I’ve only ever had three recurring dreams in my life. Twenty-five years after graduating college, I’ve finally shaken the classic “end of the semester, and I just remembered I haven’t ever gone to one of my classes” dream. Growing up in Kansas, I also had tornado dreams for years, though I’ve never seen one, and I’m not particularly afraid of them. But there’s one dream that I’ve never stopped having–that of rushing to catch a plane.
I don’t understand why this one keeps coming back. I’ve only ever missed a couple of connections, and they were pretty routine. It can’t be a tangible fear, certainly not in the same way a tornado is. I think it must be a metaphor, a symbol for something deeper.
I hate these dreams, even more than the tornado ones, because in them, I’m stressed. I usually don’t know where I’m going, and there’s often a line slowing me down. I know I have barely enough time to make it, if everything goes right. It usually doesn’t. Normally, I get just stressed enough to wake before I see if I’m going to make it. It’s unpleasant.
As I’ve reflected on these vivid experiences, I realize that they describe my work life almost perfectly. I’m generally slogging my way through an unclear path, with plenty of obstacles and not enough time, at risk of not getting where I’m going. It’s difficult to believe that this similarity is a coincidence. I’ve always been high energy, in a hurry to prove I don’t know what, to I don’t know who. I’ve struggled all my life for peace and rest with the status quo. I’ve made progress, but I have as far to go as I’ve come. It’s dawning on me that I may not get there before my journey ends. I don’t know the implications of that fact, but it’s a sobering one that I better figure out…before it’s too late.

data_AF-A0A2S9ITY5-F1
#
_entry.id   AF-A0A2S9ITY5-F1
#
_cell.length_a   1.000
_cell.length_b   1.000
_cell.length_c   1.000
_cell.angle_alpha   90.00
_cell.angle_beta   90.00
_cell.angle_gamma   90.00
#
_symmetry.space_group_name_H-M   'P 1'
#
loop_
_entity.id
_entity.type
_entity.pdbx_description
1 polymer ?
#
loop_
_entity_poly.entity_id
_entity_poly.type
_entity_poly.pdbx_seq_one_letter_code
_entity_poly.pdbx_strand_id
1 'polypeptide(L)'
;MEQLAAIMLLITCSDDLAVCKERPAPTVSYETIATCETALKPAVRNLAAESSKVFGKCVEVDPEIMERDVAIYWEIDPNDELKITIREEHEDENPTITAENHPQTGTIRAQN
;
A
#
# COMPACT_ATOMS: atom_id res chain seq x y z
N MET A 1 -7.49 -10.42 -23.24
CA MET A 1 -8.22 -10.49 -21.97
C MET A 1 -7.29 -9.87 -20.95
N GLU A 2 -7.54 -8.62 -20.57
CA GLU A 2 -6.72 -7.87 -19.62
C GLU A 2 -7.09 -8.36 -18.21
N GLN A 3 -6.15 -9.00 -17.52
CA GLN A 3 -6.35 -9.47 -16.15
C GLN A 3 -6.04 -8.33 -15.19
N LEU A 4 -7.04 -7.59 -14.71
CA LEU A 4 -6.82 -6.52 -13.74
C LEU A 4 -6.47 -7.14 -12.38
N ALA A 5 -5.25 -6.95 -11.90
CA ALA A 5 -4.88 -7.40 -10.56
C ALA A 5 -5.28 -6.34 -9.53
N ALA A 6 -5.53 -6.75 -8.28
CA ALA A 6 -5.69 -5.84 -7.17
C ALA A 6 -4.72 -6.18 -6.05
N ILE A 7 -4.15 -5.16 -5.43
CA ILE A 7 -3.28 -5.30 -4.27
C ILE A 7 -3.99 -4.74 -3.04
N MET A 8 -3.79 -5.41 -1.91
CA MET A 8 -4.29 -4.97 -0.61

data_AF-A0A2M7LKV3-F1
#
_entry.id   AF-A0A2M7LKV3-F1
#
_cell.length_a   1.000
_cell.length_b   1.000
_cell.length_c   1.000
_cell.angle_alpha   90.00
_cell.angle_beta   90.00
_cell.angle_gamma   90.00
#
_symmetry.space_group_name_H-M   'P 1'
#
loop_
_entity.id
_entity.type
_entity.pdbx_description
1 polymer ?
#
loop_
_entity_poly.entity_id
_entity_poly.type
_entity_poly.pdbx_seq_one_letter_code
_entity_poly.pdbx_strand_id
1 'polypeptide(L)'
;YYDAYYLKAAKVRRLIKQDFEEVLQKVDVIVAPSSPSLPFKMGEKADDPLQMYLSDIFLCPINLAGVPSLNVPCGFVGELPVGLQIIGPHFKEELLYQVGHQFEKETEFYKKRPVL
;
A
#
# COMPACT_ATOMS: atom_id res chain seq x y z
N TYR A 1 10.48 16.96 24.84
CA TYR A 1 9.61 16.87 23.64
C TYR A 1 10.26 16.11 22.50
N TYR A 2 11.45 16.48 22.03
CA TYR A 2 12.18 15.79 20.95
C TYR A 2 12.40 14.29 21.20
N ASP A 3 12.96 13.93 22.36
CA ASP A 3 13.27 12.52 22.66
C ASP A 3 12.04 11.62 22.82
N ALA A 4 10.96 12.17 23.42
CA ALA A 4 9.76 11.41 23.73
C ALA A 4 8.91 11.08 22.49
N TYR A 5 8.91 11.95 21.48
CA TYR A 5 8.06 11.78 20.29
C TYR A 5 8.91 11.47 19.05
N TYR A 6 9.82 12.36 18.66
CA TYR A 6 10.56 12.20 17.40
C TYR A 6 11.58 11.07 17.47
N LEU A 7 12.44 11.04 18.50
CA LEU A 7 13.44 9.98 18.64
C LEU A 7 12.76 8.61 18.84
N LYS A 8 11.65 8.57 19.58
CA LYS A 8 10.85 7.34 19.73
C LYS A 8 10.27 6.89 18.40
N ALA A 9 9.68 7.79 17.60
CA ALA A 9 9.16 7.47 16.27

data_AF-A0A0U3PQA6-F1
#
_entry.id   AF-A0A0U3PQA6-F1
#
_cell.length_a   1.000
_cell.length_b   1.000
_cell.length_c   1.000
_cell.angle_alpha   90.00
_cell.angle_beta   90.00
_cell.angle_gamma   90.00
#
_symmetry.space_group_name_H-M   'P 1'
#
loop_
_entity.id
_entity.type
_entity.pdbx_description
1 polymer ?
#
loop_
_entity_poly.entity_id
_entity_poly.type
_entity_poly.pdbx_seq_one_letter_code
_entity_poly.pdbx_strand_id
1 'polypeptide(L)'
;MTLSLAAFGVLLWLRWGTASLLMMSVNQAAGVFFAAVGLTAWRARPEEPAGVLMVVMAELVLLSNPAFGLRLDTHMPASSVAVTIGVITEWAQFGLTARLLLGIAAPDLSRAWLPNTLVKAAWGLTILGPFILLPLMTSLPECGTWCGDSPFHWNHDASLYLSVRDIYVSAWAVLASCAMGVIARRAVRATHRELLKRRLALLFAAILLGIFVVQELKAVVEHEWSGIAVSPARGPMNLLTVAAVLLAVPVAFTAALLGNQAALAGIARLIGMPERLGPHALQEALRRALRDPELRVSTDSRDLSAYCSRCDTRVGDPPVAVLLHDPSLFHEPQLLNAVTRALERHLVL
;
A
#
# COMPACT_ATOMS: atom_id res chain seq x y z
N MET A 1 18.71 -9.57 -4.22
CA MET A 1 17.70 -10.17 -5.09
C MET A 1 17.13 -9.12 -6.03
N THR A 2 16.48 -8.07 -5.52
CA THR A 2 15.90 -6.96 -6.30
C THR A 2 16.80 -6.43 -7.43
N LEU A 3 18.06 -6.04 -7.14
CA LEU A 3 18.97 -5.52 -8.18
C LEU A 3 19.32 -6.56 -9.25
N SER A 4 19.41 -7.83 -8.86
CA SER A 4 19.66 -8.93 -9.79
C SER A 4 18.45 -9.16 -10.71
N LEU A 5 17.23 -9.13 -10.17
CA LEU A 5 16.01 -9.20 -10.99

“Success is not final, failure is not fatal: it is the courage to continue that counts.” –Winston Churchill